Objectives: The aims of this study were to evaluate the safety and efficacy of magnesium replacement therapy and to determine its effect on potassium retention in hypokalemic, critically ill patients.
Design: A prospective, double-blind, randomized, placebo-controlled trial.
Setting: A surgical intensive care unit (ICU).
Patients: A total of 32 adult surgical ICU patients were admitted to the study on the basis of documented hypokalemia (potassium of < 3.5 mmol/L) within the 24-hr period before entering the study. Patients were randomized to receive either placebo (n = 15) or magnesium sulfate (n = 17). One patient from each group was excluded from the study due to failure to complete the full series of doses.
Interventions: Patients received a "test dose" of either magnesium sulfate (2 g, 8 mmol) or placebo (5% dextrose in water) infused over 30 mins every 6 hrs for eight doses. The next schedule test dose was held if hypermagnesemia (magnesium of > 2.8 mg/dL [> 1.15 mmol/L]) was documented at any time during the study. Routine replacements of potassium and magnesium continued during the duration of the study, when clinically indicated, for serum potassium concentrations of 3.5 mmol/L or serum magnesium concentrations of < 1.8 mg/dL (< 0.74 mmol/L).
Measurements and main results: Age, weight, and Acute Physiology and Chronic Health Evaluation II scores were recorded on entry into the study. Just before administration of each test dose, blood was drawn for magnesium and potassium, bicarbonate, pH, and glucose determinations, and an aliquot of the preceding 6 hrs urine collection was sent for magnesium and potassium determinations. Serum calcium, phosphate, urea nitrogen, and creatinine concentrations were measured daily. The amounts of magnesium and potassium administered via parenteral nutrition, tube feeding, and replacement infusions were calculated for each 6-hr interval. The amounts of magnesium and potassium excreted in the urine were similarly assessed. The groups showed no differences with regard to age, weight, Acute Physiology and Chronic Health Evaluation II scores, or initial serum magnesium concentration. Initial potassium, bicarbonate, pH, calcium, phosphate, glucose, blood urea nitrogen, and creatinine values were not different between groups. Patients receiving magnesium sulfate showed a statistically significant increase in serum magnesium concentration at 6 hrs when compared with placebo, as well as with itself at time 0 (p < .0001), a difference maintained throughout the study. Compared with the placebo group, the total amount of elemental magnesium administered was significantly greater in the treatment group (1603 +/- 124 vs. 752 +/- 215 mg [65.7 +/- 5.8 vs. 30.8 +/- 8.8 mmol], p < .0001), as was urine magnesium excretion (1000 +/- 156 vs. 541 +/- 68 mg [41.0 +/- 6.4 vs. 22.2 +/- 2.8 mmol] p < .0001). However, the net magnesium balance (total magnesium in - total urine magnesium) was significantly more positive in the treatment group (612 +/- 180 vs. 216 +/- 217 mg [25.1 +/- 7.4 vs. 8.9 +/- 8.9 mmol], p < .005). The treatment and control groups had the same serum potassium concentrations and did not receive different amounts of potassium (245 +/- 39 vs. 344 +/- 45 mmol, respectively, p = .06), although the treatment group required less potassium replacement/6 hrs by 30 hrs compared with itself at time 0 (p < .05). Despite the same serum potassium values, the net potassium balance for 48 hrs was positive in the treatment group (+ 72 +/- 32 mmol) and negative in the control group (-74 +/- 95 mmol, p < .05). There were no complications associated with the magnesium sulfate administration.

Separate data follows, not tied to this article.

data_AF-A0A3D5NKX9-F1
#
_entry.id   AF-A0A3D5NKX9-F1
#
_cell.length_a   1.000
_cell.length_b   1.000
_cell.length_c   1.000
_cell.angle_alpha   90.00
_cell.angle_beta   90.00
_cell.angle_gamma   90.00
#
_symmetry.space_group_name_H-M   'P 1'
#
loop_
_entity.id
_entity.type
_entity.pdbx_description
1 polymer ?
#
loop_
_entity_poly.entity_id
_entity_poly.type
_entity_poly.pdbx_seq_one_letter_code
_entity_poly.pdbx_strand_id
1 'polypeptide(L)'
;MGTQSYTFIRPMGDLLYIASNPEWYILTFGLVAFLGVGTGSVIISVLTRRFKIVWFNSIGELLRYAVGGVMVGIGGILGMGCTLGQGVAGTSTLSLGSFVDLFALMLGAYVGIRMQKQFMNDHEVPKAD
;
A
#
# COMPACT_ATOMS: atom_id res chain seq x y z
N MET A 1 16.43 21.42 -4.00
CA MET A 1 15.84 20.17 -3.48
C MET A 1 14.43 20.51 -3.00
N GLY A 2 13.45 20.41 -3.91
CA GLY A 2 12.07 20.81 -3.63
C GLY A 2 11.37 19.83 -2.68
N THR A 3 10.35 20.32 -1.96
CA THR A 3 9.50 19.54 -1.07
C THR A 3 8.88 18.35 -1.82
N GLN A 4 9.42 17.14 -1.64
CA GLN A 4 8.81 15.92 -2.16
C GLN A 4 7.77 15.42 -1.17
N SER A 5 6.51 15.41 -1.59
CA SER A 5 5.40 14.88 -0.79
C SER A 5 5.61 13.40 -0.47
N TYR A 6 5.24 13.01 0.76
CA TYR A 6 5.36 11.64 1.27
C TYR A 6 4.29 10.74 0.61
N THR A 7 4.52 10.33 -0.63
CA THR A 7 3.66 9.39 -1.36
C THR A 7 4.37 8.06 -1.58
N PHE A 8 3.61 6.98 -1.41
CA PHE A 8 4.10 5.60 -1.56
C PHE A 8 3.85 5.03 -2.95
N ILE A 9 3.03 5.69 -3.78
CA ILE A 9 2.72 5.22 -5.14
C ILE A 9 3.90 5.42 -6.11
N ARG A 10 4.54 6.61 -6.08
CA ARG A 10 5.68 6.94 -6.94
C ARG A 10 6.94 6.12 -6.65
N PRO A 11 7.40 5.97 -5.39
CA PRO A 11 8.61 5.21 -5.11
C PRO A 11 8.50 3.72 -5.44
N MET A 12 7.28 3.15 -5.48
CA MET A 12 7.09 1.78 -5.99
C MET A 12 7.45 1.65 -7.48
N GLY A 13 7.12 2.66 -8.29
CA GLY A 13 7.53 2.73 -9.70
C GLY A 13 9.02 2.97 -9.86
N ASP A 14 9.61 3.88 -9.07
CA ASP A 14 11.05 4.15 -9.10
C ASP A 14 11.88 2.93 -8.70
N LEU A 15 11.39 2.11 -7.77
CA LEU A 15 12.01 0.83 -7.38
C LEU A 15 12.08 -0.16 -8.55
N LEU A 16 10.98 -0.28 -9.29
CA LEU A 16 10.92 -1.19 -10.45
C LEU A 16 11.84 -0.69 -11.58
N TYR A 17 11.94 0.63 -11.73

Conclusions: Magnesium sulfate administered according to the above regimen safety and significantly increases the circulating magnesium concentration. Despite greater urine magnesium losses in the treatment group, this group exhibited significantly better magnesium retention.